Happy Mothers Day to all the moms out there. I hope your kids don't treat you any differently today than they do every other day, because it would be a shame if you were honored only once a year.
My mom died 12 years ago, too young at 69, a victim of cigarette smoking, poor willpower, and a life of tragedy. Abused by a first husband, she exited that marriage within a month, an obvious failure in the eyes of her hyper-religious parents. A girl who smoked and drank and went to business school in Pittsburgh? What do you expect?
She married another man, my father, and spent a life with physical and mental torment. A baby girl who died at birth in 1964, the umbilical cord having wrapped around her neck, her twin brother born healthy and normal. In 1965, her first child, a daughter born in 1959, kidnapped somewhere in the two blocks from our home to her kindergarten class, never found, lost forever at a time before we knew how many children share the same fate, but a huge story in a small Pennsylvania town.
How do you lift your head off the pillow every morning after enduring two years like that?
But she did, even without a supportive spouse, teaching Slimnastics at the Y, working part-time at the neighborhood convenience store, surrounding herself with dogs and cats that gave unconditional love and asked for nothing in return except food and drink and attention.
Adopting a 2 year old girl in need (altruism, saving a life, or plugging a hole?) around 1970, Mom rounded out her family and endured an alcoholic, philandering, abusive husband as she smoked and dogged and catted. Dad left for a year to dally with a girlfriend in Oxnard. Oxnard?
Mom, back to work full time, rising daily at 20 minutes to five each morning, submitting to the 50 minute drive to the main campus at Penn State, struggling to feed and shelter three kids for less than $9000 a year. Why 20 minutes to five? Why not 4:30, or 4:45?
She wouldn't get home until 6 each night, and would then have to parent, cook, clean, and enforce homework, still awake (barely) when I went to bed around 10, sometimes nodding off on her loveseat as she read, a dog against her, until finally dragging herself to bed at some point, up the next morning at twenty to five to do it all again.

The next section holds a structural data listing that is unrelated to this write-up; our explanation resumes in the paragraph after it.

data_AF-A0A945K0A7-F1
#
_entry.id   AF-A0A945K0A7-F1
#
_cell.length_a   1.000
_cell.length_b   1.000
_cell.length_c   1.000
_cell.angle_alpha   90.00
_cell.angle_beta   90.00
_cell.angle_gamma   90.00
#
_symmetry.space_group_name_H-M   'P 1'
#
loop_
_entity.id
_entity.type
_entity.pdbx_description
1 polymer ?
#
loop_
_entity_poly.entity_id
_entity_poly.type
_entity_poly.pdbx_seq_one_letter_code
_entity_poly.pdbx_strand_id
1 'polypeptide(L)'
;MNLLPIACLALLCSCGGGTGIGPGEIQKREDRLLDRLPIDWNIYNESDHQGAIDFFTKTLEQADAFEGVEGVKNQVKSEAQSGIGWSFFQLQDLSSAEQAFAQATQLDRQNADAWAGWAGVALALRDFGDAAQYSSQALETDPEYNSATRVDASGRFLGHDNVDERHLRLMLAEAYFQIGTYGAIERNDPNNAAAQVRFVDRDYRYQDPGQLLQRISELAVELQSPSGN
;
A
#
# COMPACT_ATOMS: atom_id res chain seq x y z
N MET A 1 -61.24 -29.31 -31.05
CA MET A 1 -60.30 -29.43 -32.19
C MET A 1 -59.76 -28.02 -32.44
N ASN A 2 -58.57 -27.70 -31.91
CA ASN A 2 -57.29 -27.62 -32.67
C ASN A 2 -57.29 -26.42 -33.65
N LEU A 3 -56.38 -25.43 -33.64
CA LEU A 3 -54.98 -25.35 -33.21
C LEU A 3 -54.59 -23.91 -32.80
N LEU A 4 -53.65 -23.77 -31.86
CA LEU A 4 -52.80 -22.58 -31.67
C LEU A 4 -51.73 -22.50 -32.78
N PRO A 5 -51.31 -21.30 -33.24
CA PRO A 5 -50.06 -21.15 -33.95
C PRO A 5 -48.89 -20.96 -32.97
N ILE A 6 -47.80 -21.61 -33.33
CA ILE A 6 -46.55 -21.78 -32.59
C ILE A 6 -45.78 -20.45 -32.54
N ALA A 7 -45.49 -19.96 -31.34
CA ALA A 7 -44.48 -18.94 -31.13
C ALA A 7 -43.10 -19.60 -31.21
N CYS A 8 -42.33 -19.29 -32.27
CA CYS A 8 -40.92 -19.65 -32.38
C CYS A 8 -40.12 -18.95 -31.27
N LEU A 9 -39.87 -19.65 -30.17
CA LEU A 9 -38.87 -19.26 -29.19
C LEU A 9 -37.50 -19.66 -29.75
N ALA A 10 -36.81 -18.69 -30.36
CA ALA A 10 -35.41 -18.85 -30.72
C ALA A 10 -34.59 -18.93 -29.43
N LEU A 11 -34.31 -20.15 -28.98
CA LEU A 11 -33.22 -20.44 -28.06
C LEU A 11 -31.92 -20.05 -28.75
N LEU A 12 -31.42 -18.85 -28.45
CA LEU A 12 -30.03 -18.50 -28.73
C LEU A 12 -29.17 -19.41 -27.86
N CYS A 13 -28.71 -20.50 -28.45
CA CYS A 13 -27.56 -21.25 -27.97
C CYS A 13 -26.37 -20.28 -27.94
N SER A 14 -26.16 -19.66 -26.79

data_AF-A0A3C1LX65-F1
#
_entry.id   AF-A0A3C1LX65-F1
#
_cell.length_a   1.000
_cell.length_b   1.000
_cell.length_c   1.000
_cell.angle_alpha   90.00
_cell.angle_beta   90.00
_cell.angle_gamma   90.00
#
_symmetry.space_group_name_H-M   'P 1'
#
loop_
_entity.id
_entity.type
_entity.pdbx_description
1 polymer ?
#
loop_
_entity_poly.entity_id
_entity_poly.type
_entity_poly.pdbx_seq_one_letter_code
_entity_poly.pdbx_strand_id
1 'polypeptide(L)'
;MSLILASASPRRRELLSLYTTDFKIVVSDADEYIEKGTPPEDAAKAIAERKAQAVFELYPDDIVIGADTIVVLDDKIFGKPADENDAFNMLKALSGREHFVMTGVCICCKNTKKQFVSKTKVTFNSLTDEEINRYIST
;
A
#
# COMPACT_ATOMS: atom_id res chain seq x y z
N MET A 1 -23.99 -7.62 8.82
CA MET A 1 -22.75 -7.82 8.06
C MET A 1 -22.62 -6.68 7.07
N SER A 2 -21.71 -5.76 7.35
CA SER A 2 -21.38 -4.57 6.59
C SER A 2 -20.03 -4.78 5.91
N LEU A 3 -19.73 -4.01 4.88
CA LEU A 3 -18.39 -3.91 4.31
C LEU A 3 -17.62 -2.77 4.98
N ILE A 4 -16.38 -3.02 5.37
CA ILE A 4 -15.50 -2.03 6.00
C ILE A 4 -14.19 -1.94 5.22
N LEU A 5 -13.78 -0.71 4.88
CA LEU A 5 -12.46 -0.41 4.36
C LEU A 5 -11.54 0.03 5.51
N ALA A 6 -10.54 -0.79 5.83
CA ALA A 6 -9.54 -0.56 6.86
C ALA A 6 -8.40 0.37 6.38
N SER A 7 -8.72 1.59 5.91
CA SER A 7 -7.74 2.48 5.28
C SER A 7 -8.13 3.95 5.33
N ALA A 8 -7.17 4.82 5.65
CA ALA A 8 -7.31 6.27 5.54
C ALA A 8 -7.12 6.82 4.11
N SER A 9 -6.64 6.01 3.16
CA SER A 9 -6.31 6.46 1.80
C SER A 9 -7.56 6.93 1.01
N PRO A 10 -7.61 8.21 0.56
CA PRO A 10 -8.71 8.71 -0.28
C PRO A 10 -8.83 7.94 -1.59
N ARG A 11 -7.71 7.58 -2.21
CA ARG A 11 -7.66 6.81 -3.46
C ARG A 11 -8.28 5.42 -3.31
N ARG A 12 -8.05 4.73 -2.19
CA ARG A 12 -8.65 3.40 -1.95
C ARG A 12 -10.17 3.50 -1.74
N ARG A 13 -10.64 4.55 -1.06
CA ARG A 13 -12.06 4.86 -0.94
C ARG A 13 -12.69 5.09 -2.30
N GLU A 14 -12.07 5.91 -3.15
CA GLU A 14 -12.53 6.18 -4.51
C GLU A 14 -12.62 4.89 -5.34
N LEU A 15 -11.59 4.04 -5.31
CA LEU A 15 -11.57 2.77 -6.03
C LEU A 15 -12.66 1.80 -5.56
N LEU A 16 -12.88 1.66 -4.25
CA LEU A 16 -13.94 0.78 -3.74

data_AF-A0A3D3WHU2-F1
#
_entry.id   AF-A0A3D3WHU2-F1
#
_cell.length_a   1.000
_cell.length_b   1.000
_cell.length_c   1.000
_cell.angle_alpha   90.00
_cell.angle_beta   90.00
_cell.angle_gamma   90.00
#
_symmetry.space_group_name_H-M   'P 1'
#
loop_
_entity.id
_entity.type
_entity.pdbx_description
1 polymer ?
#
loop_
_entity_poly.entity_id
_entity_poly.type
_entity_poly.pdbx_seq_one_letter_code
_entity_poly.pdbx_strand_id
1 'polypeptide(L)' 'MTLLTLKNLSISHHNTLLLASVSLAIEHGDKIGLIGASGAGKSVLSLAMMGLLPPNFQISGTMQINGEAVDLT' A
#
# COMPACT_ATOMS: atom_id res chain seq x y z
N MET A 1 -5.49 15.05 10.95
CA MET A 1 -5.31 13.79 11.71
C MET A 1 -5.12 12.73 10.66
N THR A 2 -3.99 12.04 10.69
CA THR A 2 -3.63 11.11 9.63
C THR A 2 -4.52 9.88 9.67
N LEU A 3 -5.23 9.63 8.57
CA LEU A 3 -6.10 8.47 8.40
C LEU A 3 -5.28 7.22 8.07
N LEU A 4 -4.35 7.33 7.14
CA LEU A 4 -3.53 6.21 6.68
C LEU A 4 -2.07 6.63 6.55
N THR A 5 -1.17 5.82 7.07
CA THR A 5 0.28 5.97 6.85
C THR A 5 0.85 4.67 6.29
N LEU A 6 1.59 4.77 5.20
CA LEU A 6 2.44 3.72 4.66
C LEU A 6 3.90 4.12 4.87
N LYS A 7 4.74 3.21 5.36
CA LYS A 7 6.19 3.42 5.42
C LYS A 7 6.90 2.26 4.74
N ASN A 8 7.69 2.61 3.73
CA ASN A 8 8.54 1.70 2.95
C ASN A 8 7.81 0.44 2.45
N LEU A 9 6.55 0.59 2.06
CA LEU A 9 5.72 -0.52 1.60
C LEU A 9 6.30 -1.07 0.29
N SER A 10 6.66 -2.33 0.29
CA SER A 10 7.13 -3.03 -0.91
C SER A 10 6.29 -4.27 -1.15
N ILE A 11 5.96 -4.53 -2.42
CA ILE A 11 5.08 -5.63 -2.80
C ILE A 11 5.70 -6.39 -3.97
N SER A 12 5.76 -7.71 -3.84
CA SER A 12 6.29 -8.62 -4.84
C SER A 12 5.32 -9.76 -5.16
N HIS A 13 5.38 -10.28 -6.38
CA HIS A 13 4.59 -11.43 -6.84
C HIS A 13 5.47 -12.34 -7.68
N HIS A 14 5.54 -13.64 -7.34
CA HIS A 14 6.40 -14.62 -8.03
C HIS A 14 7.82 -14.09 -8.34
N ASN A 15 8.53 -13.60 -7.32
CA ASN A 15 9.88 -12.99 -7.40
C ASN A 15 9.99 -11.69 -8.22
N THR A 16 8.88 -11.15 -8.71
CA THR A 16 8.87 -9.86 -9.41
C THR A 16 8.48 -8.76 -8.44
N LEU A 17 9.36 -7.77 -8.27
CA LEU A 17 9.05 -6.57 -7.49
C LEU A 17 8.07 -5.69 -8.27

I remember her shame the first time she pulled food stamps from her purse at the local Riverside grocery, an emotion she swallowed to benefit her kids, but never forgot. I only partially understood why I qualified for the summer job my ninth grade year, mowing the grass and fixing things at the numerous playgrounds and ball fields in town. Turns out it was a special jobs program for low-income teens.
Mom raised three kids who stayed out of trouble, got decent grades, and went off to college or the military and ended up in successful family situations. But by the time she retired at 62, her breathing was already labored and her cough exacerbated by more than four decades of smoking. Over the next several years, instead of finally being able to enjoy grandkids and free time to do whatever she wanted, she instead endured failing health, emphysema, a minor heart attack, and sadness.
In her last two years, Mom was in and out of the hospital, and as time went on, she went from more time out to more time in, soon alternating months, then weeks, until finally, a week after being placed in a nursing home, she passed away.
I was lucky enough to spend time with her the night before she died, and I'm so glad. She knew I was there - she smiled weakly, too tired to open her eyes - as she listened to me talk about things that were important to me. What a wonderful gift for both of us. The trip in was unplanned, a last minute decision, because we thought she had a little more time.
I miss you, Mom. I think you'd be proud of me.